“You still have milestones, assignments, and activities that are required during the week,” Burdi says. “However, it’s targeted for the adult learner [and personalized] so you have a little more latitude to complete those deliverables in the time frame that works best for you.” For people who work full time, busy parents and other caregivers, wiggle room like this can make a huge difference. The key to online learning itself is being able to prioritize and manage coursework without the structure of a campus classroom. If you can do that, an online BSN program may be right for you.
How Long Does It Take to Complete?
A BSN typically takes four years to complete, and this holds true for campus and online programs. If you’re already an LPN, LVN or registered nurse, you can expect to earn your degree a bit faster.
You can also cut your time in school by picking a program that offers year-round education. Another option is a modularized curriculum.
“The modularized curriculum is competency-based,” says Burdi. “Students can complete these modules as fast or as slow as they need to in order to obtain their degree.”
You can cut your time in school with a program that offers year-round education.
What Will You Study?
The curriculum for an online/hybrid program is the same as the curriculum for a traditional BSN. It’s a generalist degree intended to prepare nurses for a wide range of healthcare environments.
The curriculum is intended for high school graduates with no prior clinical experience. Coursework typically covers a wide range of general studies:
Science and math are emphasized with studies in algebra, statistics, chemistry, biology, and human anatomy being the norm.
Nursing courses typically consist of studies in:
In some programs, you may have to finish your general studies before you dive into your nursing courses and clinical training.
If you’re an RN in a bridge program, you may be able to reduce your nursing coursework and clinical hours. Depending on your prior educational experience, you may also be able to transfer credits toward your general studies requirements.
Some programs may require you to finish your general studies before you dive into your nursing courses and clinical training.
Many programs allow you to take up to five of the National League for Nursing (NLN) Nursing Acceleration Challenge Exams to determine if you have enough knowledge to skip some coursework. The exams don’t provide a score but verify nursing knowledge and can account for up to 30 credits, based on your school’s guidelines.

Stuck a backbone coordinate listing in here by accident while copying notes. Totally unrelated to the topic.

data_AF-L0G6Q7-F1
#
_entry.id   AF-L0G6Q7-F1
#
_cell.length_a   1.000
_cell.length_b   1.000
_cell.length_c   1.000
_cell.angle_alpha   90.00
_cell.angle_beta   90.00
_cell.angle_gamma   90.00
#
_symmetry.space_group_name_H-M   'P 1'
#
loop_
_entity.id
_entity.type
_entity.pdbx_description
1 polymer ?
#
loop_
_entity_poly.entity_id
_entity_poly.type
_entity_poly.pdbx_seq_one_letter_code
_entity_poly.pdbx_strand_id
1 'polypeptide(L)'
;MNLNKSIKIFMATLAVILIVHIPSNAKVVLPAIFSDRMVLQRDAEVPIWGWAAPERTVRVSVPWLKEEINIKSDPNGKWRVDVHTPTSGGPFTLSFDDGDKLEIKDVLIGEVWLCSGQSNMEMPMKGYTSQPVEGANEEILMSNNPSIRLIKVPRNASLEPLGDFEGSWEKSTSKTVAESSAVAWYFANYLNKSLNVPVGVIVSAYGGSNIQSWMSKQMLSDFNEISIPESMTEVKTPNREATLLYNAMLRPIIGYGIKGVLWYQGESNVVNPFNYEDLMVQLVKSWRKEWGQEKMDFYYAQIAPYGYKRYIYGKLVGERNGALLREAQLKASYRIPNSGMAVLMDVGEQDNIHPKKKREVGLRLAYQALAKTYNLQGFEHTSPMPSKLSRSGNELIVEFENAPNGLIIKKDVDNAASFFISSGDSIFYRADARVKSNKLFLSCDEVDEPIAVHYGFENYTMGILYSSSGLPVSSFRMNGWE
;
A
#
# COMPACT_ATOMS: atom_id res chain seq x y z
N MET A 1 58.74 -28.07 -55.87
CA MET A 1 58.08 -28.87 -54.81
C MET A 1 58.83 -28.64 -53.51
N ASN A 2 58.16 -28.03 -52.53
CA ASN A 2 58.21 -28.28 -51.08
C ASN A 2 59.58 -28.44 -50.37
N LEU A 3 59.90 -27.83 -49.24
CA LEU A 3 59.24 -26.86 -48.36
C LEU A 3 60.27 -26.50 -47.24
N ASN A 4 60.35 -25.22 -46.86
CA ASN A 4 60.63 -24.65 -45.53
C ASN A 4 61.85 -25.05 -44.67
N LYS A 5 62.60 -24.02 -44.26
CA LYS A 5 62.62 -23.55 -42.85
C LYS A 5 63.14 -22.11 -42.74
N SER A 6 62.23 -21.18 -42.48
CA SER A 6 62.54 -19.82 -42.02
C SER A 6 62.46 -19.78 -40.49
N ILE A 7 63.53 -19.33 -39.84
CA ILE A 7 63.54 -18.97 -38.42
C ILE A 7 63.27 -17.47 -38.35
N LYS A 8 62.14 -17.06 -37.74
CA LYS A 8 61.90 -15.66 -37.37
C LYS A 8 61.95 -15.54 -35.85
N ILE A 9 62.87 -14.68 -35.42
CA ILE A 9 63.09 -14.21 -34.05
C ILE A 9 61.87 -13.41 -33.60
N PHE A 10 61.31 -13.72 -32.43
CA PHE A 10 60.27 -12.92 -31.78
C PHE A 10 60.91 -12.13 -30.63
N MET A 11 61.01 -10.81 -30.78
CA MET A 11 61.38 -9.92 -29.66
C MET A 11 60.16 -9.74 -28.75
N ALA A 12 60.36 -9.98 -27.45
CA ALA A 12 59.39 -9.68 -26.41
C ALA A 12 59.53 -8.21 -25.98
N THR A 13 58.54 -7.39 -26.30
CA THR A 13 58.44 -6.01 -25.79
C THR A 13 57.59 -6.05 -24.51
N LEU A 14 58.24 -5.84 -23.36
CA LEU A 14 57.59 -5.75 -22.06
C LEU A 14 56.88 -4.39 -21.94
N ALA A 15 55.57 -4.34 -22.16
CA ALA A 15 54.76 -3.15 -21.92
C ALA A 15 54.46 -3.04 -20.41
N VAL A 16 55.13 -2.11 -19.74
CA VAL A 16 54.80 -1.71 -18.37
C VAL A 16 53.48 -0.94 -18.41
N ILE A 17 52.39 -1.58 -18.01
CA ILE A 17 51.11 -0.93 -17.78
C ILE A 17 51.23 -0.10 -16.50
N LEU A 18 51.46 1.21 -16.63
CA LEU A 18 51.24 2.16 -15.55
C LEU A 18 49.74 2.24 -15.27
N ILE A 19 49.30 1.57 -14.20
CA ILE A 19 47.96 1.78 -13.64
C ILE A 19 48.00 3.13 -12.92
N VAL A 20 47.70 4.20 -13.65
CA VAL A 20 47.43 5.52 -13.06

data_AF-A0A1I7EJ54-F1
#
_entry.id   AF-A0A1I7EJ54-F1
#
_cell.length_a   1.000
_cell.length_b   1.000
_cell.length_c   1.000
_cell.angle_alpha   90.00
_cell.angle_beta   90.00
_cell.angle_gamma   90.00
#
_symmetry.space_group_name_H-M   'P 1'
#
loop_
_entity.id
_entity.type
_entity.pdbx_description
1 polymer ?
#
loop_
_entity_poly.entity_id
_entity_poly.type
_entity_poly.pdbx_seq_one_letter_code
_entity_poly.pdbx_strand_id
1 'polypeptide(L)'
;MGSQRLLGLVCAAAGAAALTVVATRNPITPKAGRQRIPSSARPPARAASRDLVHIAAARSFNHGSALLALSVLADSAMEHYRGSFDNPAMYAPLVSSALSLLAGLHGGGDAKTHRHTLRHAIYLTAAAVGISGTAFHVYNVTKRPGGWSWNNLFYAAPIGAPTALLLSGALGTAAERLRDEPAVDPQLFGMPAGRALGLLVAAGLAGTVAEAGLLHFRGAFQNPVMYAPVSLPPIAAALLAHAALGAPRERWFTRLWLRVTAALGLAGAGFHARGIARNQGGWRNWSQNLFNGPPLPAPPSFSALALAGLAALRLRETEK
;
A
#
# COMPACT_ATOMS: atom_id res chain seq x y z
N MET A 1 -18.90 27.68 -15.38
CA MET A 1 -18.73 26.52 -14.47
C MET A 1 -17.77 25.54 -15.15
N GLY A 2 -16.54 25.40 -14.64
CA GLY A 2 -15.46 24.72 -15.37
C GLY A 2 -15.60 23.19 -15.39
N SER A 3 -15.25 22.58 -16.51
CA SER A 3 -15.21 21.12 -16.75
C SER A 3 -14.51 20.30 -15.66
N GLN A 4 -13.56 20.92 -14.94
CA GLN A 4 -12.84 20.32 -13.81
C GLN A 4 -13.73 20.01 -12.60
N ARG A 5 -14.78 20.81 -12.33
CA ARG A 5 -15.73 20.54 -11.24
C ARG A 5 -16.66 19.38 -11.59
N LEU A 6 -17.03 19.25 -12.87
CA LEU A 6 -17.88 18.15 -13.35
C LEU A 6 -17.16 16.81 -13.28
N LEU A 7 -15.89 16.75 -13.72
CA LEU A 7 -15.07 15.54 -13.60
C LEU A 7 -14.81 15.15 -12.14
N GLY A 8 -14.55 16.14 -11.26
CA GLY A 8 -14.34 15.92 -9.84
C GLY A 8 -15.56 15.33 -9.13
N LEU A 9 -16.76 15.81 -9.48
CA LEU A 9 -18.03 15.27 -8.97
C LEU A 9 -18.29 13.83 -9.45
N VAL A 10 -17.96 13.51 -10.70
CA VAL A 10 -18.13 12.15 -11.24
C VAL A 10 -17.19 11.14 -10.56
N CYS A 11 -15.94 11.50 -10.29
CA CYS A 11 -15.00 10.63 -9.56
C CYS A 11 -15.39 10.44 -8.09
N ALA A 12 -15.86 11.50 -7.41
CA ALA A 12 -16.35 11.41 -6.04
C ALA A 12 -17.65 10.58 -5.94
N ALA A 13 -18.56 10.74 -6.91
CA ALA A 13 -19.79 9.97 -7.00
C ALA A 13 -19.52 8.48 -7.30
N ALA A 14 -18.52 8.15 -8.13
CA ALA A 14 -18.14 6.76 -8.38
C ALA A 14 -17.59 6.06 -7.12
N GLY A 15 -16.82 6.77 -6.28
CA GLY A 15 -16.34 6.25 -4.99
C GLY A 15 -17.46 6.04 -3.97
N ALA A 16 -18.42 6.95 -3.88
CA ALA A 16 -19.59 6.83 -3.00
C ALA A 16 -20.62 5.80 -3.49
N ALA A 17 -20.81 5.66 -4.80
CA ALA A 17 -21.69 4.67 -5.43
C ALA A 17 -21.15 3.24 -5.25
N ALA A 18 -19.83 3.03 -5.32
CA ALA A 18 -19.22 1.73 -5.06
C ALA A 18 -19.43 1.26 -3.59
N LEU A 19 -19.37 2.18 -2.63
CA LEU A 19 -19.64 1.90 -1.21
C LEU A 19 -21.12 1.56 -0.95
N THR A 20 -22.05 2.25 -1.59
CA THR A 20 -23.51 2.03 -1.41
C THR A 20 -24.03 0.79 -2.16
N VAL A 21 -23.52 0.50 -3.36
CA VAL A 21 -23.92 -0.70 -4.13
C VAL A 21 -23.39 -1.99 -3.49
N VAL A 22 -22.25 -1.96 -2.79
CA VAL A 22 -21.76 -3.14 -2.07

Do I Need to Be Physically Present for Anything?
Requirements to appear in person for coursework vary by program. In a hybrid program, you may need to go to campus or another location for weekly or periodic labs or classroom instruction.
Students in online RN-to-BSN programs typically have the least amount of clinical hours because they’ve already fulfilled some with their nursing experience.
Hands-On Clinical Hour Requirements
Clinical hours are an integral component of any BSN degree, and this training will be on a specific schedule. Requirements will vary by school, so make sure you know what they are before choosing a program.
Students in online RN-to-BSN programs typically have the least amount of required clinical hours because they’ve already fulfilled some with their nursing experience.
Most online programs allow you to fulfill clinical requirements at a hospital or clinical site that’s convenient to your home. However, the program will have to approve the site and the qualifications of the supervisors who will oversee your clinical work.
If you don’t have clinical experience or you’re a student in either a traditional BSN or LPN-to-BSN program, you’ll have to fulfill a minimum number of hours to qualify for a RN license in your state.
Will an Online Degree Make a Difference with Employers?
Attending an accredited school and program proves that your education meets professional standards—whether you received it online, in a classroom, or a combination of both. And that can prepare you to be competitive in the workforce.
Attending an accredited school and program proves that your education meets professional standards.
“The value placed on online nursing education is no longer in question,” says Sanderson. “Online students participate in direct patient care as part of their learning, just as on-campus students do. Other measures of success among online-educated nurses are graduation rates, success of licensure and certification examinations, employment rates, and graduate school placement rates—all of which can be compared to on-campus graduates.”